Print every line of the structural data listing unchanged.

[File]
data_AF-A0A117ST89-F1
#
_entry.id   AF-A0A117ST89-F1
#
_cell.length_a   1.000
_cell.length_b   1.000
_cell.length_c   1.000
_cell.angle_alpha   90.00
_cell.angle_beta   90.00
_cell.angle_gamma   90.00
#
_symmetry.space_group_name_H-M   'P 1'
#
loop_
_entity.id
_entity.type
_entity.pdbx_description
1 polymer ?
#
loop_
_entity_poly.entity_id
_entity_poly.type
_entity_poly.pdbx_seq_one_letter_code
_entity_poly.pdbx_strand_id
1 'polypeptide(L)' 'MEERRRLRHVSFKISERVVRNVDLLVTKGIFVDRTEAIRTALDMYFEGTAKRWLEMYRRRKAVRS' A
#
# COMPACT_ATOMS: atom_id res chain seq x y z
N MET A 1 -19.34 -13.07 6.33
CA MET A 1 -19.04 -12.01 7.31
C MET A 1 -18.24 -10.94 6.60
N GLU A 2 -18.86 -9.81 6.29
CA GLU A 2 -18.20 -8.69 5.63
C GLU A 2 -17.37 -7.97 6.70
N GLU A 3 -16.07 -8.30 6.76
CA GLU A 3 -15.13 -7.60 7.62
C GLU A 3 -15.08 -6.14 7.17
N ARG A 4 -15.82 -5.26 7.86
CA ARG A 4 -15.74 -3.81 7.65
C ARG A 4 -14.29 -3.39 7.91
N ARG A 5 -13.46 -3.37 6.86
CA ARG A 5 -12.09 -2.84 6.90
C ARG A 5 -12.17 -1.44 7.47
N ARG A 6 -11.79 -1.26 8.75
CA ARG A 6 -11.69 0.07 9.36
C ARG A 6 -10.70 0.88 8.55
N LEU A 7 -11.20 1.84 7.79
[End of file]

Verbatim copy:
data_AF-A0A117ST89-F1
#
_entry.id   AF-A0A117ST89-F1
#
_cell.length_a   1.000
_cell.length_b   1.000
_cell.length_c   1.000
_cell.angle_alpha   90.00
_cell.angle_beta   90.00
_cell.angle_gamma   90.00
#
_symmetry.space_group_name_H-M   'P 1'
#
loop_
_entity.id
_entity.type
_entity.pdbx_description
1 polymer ?
#
loop_
_entity_poly.entity_id
_entity_poly.type
_entity_poly.pdbx_seq_one_letter_code
_entity_poly.pdbx_strand_id
1 'polypeptide(L)' 'MEERRRLRHVSFKISERVVRNVDLLVTKGIFVDRTEAIRTALDMYFEGTAKRWLEMYRRRKAVRS' A
#
# COMPACT_ATOMS: atom_id res chain seq x y z
N MET A 1 -19.34 -13.07 6.33
CA MET A 1 -19.04 -12.01 7.31
C MET A 1 -18.24 -10.94 6.60
N GLU A 2 -18.86 -9.81 6.29
CA GLU A 2 -18.20 -8.69 5.63
C GLU A 2 -17.37 -7.97 6.70
N GLU A 3 -16.07 -8.30 6.76
CA GLU A 3 -15.13 -7.60 7.62
C GLU A 3 -15.08 -6.14 7.17
N ARG A 4 -15.82 -5.26 7.86
CA ARG A 4 -15.74 -3.81 7.65
C ARG A 4 -14.29 -3.39 7.91
N ARG A 5 -13.46 -3.37 6.86
CA ARG A 5 -12.09 -2.84 6.90
C ARG A 5 -12.17 -1.44 7.47
N ARG A 6 -11.79 -1.26 8.75
CA ARG A 6 -11.69 0.07 9.36
C ARG A 6 -10.70 0.88 8.55
N LEU A 7 -11.20 1.84 7.79